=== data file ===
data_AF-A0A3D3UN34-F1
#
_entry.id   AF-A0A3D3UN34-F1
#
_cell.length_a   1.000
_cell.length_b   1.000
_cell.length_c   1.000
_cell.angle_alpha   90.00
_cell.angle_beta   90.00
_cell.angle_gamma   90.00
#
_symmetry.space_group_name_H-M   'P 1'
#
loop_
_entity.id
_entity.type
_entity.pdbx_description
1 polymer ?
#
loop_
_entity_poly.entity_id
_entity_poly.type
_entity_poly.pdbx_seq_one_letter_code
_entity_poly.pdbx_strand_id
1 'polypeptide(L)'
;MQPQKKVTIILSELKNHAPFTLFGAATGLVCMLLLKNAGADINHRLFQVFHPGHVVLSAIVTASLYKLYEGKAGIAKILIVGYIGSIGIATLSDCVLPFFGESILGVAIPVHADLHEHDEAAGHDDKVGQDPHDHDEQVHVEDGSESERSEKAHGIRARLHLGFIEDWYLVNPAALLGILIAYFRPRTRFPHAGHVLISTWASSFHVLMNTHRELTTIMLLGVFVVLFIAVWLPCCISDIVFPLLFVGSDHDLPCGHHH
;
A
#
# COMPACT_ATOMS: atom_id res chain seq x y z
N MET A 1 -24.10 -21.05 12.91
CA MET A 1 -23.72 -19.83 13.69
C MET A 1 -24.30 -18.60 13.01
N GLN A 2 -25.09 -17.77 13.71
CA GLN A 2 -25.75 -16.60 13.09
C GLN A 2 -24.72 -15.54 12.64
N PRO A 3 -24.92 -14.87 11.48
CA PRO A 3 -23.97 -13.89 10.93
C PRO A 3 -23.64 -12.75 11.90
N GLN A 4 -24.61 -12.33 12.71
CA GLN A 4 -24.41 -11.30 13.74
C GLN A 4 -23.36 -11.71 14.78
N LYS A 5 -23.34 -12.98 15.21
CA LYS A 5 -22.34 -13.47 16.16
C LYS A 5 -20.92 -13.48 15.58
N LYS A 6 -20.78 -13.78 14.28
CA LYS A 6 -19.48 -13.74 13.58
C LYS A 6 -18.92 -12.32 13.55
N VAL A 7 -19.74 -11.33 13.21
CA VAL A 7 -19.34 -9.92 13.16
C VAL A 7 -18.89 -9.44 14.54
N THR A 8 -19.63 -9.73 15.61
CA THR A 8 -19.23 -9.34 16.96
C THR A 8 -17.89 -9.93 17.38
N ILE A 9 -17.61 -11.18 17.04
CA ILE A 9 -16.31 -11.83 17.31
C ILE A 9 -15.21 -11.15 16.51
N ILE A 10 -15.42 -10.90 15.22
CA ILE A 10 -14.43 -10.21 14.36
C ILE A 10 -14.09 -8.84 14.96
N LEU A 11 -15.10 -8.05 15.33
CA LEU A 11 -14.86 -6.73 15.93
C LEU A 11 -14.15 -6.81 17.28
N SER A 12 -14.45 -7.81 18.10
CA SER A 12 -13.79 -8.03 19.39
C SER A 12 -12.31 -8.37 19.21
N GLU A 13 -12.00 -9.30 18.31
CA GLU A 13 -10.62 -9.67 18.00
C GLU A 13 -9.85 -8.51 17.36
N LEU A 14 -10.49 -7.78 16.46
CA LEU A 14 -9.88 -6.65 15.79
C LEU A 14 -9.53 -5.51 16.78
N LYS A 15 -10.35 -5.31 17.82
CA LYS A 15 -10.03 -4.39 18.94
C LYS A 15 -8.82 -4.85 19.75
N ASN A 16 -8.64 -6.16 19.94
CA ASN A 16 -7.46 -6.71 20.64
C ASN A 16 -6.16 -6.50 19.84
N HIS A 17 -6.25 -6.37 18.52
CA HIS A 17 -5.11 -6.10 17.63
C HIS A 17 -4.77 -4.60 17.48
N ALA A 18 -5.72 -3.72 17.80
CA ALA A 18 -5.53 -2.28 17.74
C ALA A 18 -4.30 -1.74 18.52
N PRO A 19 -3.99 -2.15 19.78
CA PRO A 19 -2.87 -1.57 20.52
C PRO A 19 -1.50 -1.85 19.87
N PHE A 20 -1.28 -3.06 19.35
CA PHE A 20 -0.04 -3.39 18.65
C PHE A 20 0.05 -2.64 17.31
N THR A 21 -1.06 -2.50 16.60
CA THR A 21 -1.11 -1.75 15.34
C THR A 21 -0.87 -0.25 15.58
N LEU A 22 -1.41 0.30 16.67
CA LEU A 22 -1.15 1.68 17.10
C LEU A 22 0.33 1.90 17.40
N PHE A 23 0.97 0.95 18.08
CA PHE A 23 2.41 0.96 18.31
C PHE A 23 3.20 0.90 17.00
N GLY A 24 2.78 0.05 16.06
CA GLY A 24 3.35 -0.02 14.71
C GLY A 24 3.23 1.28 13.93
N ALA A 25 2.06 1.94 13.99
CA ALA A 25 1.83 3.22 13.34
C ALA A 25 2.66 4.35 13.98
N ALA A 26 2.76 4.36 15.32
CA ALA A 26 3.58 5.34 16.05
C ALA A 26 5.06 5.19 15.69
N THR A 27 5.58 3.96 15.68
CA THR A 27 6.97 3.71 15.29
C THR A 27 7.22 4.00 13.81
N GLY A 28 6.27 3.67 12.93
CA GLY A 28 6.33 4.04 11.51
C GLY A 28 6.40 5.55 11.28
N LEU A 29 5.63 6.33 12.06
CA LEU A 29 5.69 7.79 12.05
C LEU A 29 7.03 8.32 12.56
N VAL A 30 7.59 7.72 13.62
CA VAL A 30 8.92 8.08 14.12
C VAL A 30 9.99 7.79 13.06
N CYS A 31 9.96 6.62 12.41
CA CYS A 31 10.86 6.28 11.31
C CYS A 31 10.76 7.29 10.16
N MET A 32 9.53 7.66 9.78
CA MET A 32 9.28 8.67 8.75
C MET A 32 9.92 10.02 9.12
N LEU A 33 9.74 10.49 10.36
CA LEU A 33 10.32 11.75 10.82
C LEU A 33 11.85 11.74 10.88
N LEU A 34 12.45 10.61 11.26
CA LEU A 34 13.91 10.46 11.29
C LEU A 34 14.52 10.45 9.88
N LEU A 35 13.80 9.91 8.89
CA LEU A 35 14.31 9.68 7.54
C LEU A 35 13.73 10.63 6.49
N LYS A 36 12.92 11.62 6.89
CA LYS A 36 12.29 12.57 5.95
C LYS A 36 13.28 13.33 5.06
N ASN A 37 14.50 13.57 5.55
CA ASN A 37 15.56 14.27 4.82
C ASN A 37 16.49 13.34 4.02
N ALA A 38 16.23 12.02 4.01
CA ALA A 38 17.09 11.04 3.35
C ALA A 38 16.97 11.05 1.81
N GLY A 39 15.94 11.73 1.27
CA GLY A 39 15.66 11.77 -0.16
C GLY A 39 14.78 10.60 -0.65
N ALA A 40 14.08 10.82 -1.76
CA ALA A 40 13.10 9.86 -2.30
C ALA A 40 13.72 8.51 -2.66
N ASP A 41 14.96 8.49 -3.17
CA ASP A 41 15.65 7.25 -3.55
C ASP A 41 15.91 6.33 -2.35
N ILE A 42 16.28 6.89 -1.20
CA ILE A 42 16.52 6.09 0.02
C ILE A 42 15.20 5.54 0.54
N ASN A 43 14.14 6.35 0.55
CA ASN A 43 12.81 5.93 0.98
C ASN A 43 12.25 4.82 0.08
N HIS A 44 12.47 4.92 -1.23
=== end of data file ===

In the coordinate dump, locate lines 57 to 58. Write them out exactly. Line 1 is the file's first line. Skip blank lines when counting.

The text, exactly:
C ILE A 9 -15.21 -11.15 16.51
N ILE A 10 -15.42 -10.90 15.22